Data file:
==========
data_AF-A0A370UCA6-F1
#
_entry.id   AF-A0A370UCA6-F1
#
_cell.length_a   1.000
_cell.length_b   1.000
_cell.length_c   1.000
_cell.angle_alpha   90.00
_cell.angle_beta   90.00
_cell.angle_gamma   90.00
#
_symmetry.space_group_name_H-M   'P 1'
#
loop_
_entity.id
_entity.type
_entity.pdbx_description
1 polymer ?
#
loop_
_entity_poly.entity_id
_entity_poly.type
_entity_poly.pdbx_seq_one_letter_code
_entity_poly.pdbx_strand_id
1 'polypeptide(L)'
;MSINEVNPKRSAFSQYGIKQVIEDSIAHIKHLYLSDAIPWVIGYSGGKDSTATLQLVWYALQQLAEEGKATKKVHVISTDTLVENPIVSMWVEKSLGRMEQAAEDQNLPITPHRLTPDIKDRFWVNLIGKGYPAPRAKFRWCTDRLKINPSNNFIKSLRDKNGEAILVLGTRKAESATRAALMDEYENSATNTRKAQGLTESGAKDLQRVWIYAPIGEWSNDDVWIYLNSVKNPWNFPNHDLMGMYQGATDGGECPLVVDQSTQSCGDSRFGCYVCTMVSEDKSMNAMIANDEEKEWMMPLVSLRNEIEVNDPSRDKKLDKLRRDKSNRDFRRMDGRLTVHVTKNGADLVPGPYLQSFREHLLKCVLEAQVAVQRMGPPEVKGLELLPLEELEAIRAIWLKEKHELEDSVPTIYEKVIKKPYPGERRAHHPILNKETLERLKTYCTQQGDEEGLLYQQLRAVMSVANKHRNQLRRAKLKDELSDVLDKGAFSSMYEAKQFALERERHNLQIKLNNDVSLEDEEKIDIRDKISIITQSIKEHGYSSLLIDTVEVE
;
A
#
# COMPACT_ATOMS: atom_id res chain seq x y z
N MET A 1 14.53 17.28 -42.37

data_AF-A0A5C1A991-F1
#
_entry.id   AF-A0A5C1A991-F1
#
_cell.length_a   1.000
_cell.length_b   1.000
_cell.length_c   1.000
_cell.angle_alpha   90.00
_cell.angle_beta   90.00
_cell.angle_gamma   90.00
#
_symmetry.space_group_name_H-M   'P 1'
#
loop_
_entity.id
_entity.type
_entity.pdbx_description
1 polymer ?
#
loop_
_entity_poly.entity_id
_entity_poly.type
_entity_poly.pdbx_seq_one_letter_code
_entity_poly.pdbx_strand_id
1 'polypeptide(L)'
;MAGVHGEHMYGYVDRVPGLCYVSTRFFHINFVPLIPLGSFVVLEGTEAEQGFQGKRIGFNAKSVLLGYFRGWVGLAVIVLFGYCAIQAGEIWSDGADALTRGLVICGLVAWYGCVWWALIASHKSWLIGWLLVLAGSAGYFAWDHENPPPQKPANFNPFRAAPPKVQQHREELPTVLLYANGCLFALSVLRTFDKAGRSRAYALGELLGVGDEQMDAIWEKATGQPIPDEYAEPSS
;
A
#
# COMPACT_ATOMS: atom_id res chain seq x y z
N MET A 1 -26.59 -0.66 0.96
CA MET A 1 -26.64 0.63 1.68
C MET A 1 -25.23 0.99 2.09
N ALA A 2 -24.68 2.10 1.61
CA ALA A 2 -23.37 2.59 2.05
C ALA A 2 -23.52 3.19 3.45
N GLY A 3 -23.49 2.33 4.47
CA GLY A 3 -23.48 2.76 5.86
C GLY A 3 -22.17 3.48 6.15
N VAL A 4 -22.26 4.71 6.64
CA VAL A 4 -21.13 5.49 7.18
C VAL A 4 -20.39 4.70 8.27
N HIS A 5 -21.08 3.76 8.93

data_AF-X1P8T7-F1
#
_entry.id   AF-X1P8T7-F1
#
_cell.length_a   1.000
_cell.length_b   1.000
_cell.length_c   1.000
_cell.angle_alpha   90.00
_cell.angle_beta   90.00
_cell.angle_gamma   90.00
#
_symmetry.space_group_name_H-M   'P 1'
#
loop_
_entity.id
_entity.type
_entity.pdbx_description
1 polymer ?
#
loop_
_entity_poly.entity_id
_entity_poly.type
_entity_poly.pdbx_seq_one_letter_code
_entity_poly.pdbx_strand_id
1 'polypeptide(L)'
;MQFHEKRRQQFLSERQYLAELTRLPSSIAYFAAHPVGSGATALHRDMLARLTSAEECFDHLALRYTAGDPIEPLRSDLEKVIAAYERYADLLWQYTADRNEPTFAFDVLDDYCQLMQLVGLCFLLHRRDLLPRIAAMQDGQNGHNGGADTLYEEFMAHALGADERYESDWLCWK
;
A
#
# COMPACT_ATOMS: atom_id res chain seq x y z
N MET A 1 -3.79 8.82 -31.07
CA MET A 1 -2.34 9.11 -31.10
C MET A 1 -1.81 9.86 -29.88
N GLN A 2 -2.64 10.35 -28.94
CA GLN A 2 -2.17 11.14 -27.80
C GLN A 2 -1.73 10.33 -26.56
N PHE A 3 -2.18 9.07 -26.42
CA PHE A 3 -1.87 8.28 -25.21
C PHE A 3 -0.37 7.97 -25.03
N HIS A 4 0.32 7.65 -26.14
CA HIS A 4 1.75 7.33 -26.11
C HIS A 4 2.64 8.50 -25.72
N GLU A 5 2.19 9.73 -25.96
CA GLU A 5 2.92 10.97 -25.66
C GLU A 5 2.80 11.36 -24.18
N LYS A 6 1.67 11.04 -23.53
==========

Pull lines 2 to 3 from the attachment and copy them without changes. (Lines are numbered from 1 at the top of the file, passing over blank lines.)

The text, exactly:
#
_entry.id   AF-A0A370UCA6-F1